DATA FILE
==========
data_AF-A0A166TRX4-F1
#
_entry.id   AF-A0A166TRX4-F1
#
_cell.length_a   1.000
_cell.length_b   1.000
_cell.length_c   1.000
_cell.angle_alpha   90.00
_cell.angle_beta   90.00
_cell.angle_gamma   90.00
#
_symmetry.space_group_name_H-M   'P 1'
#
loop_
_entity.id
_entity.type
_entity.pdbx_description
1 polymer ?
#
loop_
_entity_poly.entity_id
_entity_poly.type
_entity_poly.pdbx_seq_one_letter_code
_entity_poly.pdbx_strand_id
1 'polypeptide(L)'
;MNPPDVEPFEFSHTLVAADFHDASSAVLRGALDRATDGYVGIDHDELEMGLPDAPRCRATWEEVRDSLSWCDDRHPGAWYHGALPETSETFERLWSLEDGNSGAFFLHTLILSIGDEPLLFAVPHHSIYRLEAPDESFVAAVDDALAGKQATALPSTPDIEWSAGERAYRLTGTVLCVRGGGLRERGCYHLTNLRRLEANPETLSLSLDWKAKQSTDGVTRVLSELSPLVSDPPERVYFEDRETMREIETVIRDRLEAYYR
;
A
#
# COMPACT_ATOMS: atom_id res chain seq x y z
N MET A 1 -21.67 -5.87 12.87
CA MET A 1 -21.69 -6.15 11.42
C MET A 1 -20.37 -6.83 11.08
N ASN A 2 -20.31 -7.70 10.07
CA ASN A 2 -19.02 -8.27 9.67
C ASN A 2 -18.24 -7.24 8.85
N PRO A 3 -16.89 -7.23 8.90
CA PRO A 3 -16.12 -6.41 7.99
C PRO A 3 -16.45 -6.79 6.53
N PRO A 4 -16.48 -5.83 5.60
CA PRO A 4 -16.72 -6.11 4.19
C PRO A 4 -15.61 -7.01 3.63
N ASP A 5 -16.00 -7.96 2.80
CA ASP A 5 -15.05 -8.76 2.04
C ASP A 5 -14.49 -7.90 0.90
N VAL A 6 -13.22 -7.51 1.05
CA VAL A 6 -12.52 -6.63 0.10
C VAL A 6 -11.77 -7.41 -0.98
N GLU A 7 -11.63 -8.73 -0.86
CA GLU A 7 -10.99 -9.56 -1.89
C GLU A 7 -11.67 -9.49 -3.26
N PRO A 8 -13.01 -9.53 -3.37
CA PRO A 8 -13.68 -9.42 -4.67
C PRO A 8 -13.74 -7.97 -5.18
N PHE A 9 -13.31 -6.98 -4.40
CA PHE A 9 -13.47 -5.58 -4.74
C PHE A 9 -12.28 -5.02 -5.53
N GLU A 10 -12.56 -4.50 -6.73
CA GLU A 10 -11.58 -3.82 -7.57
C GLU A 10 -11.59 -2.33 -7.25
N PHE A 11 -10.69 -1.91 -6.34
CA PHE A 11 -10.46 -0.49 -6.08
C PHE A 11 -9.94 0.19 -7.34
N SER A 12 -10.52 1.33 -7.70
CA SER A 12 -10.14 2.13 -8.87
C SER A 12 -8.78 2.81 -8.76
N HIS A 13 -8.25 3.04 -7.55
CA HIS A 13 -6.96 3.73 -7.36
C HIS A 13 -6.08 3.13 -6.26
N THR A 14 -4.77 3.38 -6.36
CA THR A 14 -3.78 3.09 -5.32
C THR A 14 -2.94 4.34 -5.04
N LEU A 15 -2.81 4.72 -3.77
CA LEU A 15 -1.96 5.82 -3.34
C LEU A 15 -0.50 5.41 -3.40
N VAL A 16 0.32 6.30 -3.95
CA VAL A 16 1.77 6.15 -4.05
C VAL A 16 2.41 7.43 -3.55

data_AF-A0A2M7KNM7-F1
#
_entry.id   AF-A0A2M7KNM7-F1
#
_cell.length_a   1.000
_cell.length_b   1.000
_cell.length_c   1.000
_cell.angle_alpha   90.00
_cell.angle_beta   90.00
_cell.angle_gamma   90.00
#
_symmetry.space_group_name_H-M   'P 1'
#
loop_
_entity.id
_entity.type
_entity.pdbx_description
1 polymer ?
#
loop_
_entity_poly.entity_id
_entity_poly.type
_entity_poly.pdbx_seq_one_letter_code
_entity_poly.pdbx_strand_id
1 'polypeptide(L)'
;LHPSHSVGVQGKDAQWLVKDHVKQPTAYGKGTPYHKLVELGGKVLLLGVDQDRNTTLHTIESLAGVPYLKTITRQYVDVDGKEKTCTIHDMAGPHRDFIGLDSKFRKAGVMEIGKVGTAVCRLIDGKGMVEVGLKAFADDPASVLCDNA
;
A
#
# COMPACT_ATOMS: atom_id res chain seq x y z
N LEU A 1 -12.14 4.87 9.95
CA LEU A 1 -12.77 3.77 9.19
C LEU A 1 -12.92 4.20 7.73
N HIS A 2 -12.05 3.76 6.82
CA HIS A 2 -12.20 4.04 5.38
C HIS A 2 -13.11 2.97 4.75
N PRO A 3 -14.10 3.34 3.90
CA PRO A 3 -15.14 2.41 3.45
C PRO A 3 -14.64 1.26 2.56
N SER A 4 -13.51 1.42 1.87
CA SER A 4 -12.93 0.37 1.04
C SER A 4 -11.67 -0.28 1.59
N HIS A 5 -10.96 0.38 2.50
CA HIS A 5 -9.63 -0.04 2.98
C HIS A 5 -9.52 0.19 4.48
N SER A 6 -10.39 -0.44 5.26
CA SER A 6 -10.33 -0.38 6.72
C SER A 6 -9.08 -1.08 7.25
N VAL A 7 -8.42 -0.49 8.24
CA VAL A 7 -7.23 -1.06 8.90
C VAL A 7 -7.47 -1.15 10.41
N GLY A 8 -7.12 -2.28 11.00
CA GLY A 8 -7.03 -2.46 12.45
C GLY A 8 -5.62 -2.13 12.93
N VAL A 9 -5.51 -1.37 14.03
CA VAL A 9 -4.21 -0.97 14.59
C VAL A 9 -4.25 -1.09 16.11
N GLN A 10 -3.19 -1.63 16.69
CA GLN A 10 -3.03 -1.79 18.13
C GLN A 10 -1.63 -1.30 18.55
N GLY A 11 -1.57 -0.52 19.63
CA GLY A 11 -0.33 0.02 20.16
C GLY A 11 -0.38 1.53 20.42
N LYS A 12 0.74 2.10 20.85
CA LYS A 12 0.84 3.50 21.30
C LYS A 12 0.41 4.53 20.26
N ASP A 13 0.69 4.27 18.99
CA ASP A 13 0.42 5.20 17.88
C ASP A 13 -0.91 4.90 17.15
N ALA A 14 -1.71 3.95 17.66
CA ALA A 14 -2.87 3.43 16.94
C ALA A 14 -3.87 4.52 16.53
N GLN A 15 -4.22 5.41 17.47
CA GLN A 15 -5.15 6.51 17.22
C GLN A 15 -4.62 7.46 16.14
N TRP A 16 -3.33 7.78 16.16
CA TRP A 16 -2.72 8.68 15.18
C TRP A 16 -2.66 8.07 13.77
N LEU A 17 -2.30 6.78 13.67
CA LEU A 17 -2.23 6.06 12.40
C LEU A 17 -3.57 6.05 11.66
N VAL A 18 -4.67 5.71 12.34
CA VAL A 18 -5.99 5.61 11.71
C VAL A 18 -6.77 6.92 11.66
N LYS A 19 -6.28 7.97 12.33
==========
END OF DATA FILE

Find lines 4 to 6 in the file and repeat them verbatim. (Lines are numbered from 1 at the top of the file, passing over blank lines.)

#
_cell.length_a   1.000
_cell.length_b   1.000